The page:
That last one could be my favorite quote of the year.

Technically we actually have an almost identical set up to this point a week ago, in which the markets put on an impressive reversal, we were sitting above both our key support levels (S&P 840 and 870) and technical conditions would point to a continued move higher. We were then treated to a 9% loss on Monday, so it's hard to cling to any evidence as useful nowadays. One condition we've displayed is the inability to break over even the 20 day moving average on the S&P 500 in any material way for 3 months. Each time we tease it, the market gets our hopes us and then bludgeons the longs. The 20 day moving average should not be such a strong resistance level, but the fact it has been has shown the inherent weakness in the market. Frankly, for all the "ignoring of bad news" we've been doing, all it's gotten us thus far is back to the 20 day moving average. As we mention often, if the market breaks over its 20 day moving average the next level is the 50 day moving average - which is just about S&P 950 and falling fast. We haven't been meaningfully over this level since early June. (half a year) - that is 8.5% higher which in this day and age is one good afternoon in Ceasers New York City. To show how far we've fallen the 200 day moving average is up near S&P 1200... that's 37% higher from here and would still have us in a primary bear market until we break back above.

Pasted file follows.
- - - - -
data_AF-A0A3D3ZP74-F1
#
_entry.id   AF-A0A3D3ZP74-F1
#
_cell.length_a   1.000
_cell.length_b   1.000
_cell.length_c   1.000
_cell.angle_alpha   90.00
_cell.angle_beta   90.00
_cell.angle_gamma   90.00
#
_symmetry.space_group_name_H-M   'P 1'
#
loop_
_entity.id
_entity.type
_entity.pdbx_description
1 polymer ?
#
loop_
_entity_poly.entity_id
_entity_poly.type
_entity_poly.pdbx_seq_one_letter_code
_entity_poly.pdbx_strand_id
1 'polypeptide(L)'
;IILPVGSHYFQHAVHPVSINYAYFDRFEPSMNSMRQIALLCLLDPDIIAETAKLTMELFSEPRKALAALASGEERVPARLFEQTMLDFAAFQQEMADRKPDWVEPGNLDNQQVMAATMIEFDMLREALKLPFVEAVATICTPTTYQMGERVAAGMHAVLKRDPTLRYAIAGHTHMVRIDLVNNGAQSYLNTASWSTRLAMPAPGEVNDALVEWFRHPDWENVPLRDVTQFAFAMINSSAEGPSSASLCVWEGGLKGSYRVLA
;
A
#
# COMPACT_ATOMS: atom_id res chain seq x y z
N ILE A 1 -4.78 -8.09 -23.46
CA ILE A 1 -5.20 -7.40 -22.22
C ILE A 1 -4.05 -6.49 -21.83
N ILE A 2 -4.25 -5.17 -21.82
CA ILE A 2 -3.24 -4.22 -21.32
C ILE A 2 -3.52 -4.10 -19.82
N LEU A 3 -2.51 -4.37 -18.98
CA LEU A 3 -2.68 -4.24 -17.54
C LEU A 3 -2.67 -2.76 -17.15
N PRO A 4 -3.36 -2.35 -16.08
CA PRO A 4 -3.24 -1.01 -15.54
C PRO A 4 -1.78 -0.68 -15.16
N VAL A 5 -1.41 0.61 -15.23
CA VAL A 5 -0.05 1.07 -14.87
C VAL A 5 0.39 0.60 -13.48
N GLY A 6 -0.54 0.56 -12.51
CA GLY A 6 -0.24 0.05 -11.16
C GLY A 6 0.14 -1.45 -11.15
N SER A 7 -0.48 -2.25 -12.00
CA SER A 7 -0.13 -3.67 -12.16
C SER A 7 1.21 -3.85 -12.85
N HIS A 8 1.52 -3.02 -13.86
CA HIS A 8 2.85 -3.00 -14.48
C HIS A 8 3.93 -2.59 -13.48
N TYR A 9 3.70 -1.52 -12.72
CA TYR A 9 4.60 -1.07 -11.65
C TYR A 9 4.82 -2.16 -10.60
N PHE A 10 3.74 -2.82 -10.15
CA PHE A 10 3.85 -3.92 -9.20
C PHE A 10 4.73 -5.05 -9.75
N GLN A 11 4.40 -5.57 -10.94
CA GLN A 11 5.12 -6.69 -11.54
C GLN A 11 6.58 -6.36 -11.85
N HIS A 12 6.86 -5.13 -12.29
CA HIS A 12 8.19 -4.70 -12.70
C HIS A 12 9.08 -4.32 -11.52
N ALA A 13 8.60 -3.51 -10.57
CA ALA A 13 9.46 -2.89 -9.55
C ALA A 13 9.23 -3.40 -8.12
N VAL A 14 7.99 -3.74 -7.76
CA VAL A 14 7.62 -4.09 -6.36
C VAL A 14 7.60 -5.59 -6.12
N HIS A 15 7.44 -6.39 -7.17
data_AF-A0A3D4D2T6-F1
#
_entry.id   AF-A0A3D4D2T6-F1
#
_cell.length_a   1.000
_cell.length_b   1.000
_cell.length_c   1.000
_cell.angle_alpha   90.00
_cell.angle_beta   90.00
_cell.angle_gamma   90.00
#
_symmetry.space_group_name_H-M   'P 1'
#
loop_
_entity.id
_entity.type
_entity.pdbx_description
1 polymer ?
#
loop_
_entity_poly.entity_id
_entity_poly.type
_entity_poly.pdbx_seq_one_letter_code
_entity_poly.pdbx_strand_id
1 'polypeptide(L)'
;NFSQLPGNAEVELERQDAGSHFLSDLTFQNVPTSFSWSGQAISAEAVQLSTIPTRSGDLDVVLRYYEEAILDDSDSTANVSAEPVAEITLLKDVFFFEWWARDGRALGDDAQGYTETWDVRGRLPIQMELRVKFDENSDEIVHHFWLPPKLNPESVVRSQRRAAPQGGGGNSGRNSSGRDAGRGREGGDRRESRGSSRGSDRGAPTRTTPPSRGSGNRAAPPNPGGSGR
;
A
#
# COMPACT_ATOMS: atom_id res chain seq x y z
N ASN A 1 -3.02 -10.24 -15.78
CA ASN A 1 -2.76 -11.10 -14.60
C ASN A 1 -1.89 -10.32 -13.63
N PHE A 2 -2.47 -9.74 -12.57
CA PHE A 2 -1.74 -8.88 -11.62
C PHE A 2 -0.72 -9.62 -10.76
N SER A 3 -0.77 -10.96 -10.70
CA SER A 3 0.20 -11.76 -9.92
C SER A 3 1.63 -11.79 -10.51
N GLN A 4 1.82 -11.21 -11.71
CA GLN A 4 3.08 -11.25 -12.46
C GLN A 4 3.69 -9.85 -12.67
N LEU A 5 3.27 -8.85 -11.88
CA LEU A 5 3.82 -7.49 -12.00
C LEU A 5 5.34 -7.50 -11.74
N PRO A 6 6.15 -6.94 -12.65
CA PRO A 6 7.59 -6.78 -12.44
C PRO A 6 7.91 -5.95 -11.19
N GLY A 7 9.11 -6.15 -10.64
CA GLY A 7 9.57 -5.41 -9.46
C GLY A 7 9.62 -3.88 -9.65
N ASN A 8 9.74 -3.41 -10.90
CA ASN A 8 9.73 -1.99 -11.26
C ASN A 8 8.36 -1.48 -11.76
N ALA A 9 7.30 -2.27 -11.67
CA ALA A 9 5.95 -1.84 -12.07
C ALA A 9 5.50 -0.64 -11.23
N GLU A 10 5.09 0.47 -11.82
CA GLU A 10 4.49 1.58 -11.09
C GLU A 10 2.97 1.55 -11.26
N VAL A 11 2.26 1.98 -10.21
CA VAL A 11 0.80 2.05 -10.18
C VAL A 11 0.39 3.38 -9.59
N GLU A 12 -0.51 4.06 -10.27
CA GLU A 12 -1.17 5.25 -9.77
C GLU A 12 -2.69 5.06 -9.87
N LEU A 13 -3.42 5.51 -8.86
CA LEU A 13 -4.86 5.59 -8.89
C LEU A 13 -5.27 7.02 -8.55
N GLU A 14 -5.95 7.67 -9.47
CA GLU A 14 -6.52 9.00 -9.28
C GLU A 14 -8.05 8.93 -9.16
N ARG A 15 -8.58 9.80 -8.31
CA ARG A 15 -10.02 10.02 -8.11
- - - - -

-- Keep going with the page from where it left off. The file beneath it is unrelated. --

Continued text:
So is there upside? Certainly. Downside? Certainly. You'll hear excuses and explanations each day (down days = hedge fund selling, tax loss selling blah blah; up days = Obama effect, front running the January small cap effect, seasonally strong part of year, blah blah) It's all nonsense to fill up a lot of hours for financial media. This "efficient market" has turned into a random action machine and we'll go where we'll go; finding explanations just comforts us as to believe there is some rhyme to it. Market participants are confused and have been using the wrong playbook all year - continuously believing first no recession and then the corporate led recessions of early 90s and early 00s. We've said all along this will be the first consumer led recession since the early 80s. That has proven to be true. Now those people who live off the "playbook" will buy "early cycle recovery" names because that's all these guys know - the playbook. They did this 3-4x already this year, woefully early. And will keep doing the "playbook" each time we rally over the next 8-9 months because that's all they know - buy the financials, homebuilders, appliance makers, retail, et al. Why? Because I need to be in front of all the other guys buying the same names ahead of the recovery coming in "4-6 months". They did this last winter, they did this last spring, they did this last summer (they did not do it this fall because no one was buying anything) and they'll keep doing it. So each time these rally and you are told by pundits "it must mean something! It must mean recovery!" once more ask what it meant last winter, last spring, and last summer. Here is what it meant - small concentrations of big money can move subsectors in big ways and when they choose to play a thesis, stocks run. And it means nothing. It will be the wrong turn, over and over and over - until one day it is actually correct. But it doesn't need to be "right" - it just needs to be gamed. And that's your stock market of the new century. So for now we'll stay exposed to the "hope sectors" and hey we might even dive back into an infrastructure stock because the Obama thesis means every infrastructure stock is now blessed as well. Thesis is everything; perception is reality.